Showing results for: Sustainable healthy diets
This systematic review looks at dietary patterns and food sustainability in the United States. It estimates that the healthy US-style diet recommended by the Dietary Guidelines for Americans is associated with similar or higher levels of greenhouse gas emissions, energy use and water use compared to the current US diet.
This paper, co-authored by FCRN member Christian Reynolds, discusses public engagement at the authors’ ‘Take a Bite Out of Climate Change’ stand, which used infographics, short games and displays of vertical farming and insect-based foods to encourage discussion about the climate impacts of food production.
This e-book from the international climate nonprofit Project Drawdown reviews the world’s options for reducing greenhouse gas emissions. The top solutions related to food and land (see section 1.2 of the book) are reducing food waste, shifting to plant-rich diets, protecting ecosystems such as peatland and forests, and shifting agricultural practices (e.g. improving rice production).
FCRN member Elin Röös has co-authored this paper, which finds that the average Swedish diet far exceeds the planetary boundaries (scaled to the per capita level) suggested by the EAT-Lancet Commission for greenhouse gas emissions, cropland use, application of nutrients and biodiversity. The diet is within the boundary for freshwater use.
This book examines the role of school gardens in addressing malnutrition among students and promoting healthy eating. It includes case studies in Nepal and the Philippines.
French non-profit Solagro has released an English version of this report, which presents the Afterres2050 scenario: a bottom-up assessment of the future of the French food system. The scenario was developed in consultation with farmers, foresters, nutritionists, community representatives, etc. as well as a multidisciplinary scientific council.
This report from the Dutch non-profit Access to Nutrition Foundation and UK charity ShareAction analyses the extent to which the 10 largest supermarket chains are reporting their progress on diet, nutrition and health. It finds that current levels of disclosure are sparse and varied between stores, with no store reporting on more than 35% of the indicators assessed in this report. Sainsbury’s supermarket has the greatest extent of reporting.
This book takes a philosophical approach to the “raw vegan” diet. It discusses the ethics of eating animal products, including laboratory-grown meat, and further argues that cooking food encourages people to eat foods that are not healthy.
FCRN member Helen Harwatt has co-authored a letter calling for high- and middle-income countries to incorporate four commitments on livestock, emissions and land use into their commitments for meeting the emissions reductions of the Paris Agreement.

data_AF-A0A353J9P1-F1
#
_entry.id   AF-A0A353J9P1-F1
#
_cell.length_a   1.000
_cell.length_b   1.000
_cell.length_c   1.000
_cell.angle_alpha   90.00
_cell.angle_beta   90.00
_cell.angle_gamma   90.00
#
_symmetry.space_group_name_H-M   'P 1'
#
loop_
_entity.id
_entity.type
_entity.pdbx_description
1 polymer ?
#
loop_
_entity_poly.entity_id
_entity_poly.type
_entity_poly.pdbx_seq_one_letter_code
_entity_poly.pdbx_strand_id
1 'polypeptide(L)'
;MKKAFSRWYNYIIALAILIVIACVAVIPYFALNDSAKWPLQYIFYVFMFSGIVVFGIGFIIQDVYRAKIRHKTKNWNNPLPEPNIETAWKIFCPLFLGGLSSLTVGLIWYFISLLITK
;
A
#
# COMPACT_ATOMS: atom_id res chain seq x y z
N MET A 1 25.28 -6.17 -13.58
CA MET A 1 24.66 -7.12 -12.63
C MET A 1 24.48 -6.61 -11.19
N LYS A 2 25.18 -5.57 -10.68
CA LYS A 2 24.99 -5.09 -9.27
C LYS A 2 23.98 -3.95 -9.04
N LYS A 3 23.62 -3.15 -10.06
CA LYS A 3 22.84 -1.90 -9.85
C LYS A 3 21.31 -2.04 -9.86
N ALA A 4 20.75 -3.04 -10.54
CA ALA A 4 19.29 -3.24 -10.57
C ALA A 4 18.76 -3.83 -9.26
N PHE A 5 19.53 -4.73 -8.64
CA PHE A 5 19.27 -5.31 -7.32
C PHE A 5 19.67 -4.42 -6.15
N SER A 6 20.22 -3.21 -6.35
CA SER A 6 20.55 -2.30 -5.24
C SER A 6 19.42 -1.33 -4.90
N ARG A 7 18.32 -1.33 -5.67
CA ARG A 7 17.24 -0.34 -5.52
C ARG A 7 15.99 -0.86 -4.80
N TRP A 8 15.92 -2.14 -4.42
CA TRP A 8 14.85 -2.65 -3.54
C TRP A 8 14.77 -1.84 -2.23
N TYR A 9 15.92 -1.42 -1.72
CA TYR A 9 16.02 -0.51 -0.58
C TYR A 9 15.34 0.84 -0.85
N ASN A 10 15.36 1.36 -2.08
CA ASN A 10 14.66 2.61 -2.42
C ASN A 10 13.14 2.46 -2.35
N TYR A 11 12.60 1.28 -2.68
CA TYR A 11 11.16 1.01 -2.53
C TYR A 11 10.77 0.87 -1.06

This report from the Behavioural Insights Team, a global social purpose company, outlines 12 strategies for governments, retailers, producers, restaurants, campaigners and consumers to promote sustainable diets.
This report, by the global NGO World Economic Forum and the management consultancy McKinsey & Company, sets out four pathways by which food systems stakeholders can be encouraged to bring about a transformation in food production, supply chains and diets.
This report from the UK Soil Association’s Food for Life initiative explores the state of children’s food in England. It finds that 4 in 10 children leaving primary school will be overweight or obese by 2024, nine out of ten preschool children eat too much sugar and UK families eat the most ultra-processed diet in Europe.
This paper by FCRN member Jono Drew investigates whether healthy and climate-friendly diets might vary from global recommendations in the context of New Zealand (using food carbon footprints specific to New Zealand, where possible). It finds that shifting diets towards whole plant foods (such as vegetables, fruits, legumes, and whole grains) and away from red and processed meat would have large health and climate benefits, consistent with recent global recommendations.
This paper assesses how nationally recommended diets across the world compare to average diets in the categories of human nutrition, environmental impacts and animal welfare. It finds that, in most countries, the recommended diets largely out-perform current diets in all three categories because of lower animal product consumption.
FCRN member Francesca Harris has co-authored this paper, which systematically reviews the water footprint of different types of diets around the world. The paper distinguishes between the use of blue water (ground and surface) and green water (rain).
This book explores how the design of new food products can contribute to healthy diets and discusses the role of the food industry and government in shaping health policies.